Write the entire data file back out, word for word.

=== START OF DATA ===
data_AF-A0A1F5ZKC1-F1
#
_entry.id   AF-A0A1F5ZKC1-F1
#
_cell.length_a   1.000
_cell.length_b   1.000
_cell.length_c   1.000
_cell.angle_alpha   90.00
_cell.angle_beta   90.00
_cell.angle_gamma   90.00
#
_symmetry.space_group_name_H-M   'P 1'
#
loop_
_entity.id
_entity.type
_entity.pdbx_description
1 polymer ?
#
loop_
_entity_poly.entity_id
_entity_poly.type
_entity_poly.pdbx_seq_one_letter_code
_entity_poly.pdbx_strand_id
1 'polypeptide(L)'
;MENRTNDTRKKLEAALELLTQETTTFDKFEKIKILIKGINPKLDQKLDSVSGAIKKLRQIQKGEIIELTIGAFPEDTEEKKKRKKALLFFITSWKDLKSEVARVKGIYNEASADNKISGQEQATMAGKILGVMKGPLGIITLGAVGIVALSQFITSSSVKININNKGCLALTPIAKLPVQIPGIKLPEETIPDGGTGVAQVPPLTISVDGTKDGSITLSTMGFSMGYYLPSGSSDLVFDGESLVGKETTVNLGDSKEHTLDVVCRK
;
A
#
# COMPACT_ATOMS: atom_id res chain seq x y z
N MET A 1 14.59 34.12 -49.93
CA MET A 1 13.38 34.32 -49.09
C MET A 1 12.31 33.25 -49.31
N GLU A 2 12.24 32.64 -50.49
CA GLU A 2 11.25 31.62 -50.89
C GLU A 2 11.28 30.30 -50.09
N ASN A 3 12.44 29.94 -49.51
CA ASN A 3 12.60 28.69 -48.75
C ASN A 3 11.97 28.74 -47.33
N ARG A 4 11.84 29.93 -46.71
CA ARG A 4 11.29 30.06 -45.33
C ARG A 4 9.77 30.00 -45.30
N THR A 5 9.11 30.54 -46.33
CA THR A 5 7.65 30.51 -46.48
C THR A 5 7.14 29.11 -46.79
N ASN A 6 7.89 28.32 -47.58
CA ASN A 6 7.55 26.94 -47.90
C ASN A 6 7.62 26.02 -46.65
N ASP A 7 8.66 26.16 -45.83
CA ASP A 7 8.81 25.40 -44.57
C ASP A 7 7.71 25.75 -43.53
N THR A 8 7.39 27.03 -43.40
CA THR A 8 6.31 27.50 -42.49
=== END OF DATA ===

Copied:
data_AF-A0A1F5ZKC1-F1
#
_entry.id   AF-A0A1F5ZKC1-F1
#
_cell.length_a   1.000
_cell.length_b   1.000
_cell.length_c   1.000
_cell.angle_alpha   90.00
_cell.angle_beta   90.00
_cell.angle_gamma   90.00
#
_symmetry.space_group_name_H-M   'P 1'
#
loop_
_entity.id
_entity.type
_entity.pdbx_description
1 polymer ?
#
loop_
_entity_poly.entity_id
_entity_poly.type
_entity_poly.pdbx_seq_one_letter_code
_entity_poly.pdbx_strand_id
1 'polypeptide(L)'
;MENRTNDTRKKLEAALELLTQETTTFDKFEKIKILIKGINPKLDQKLDSVSGAIKKLRQIQKGEIIELTIGAFPEDTEEKKKRKKALLFFITSWKDLKSEVARVKGIYNEASADNKISGQEQATMAGKILGVMKGPLGIITLGAVGIVALSQFITSSSVKININNKGCLALTPIAKLPVQIPGIKLPEETIPDGGTGVAQVPPLTISVDGTKDGSITLSTMGFSMGYYLPSGSSDLVFDGESLVGKETTVNLGDSKEHTLDVVCRK
;
A
#
# COMPACT_ATOMS: atom_id res chain seq x y z
N MET A 1 14.59 34.12 -49.93
CA MET A 1 13.38 34.32 -49.09
C MET A 1 12.31 33.25 -49.31
N GLU A 2 12.24 32.64 -50.49
CA GLU A 2 11.25 31.62 -50.89
C GLU A 2 11.28 30.30 -50.09
N ASN A 3 12.44 29.94 -49.51
CA ASN A 3 12.60 28.69 -48.75
C ASN A 3 11.97 28.74 -47.33
N ARG A 4 11.84 29.93 -46.71
CA ARG A 4 11.29 30.06 -45.33
C ARG A 4 9.77 30.00 -45.30
N THR A 5 9.11 30.54 -46.33
CA THR A 5 7.65 30.51 -46.48
C THR A 5 7.14 29.11 -46.79
N ASN A 6 7.89 28.32 -47.58
CA ASN A 6 7.55 26.94 -47.90
C ASN A 6 7.62 26.02 -46.65
N ASP A 7 8.66 26.16 -45.83
CA ASP A 7 8.81 25.40 -44.57
C ASP A 7 7.71 25.75 -43.53
N THR A 8 7.39 27.03 -43.40
CA THR A 8 6.31 27.50 -42.49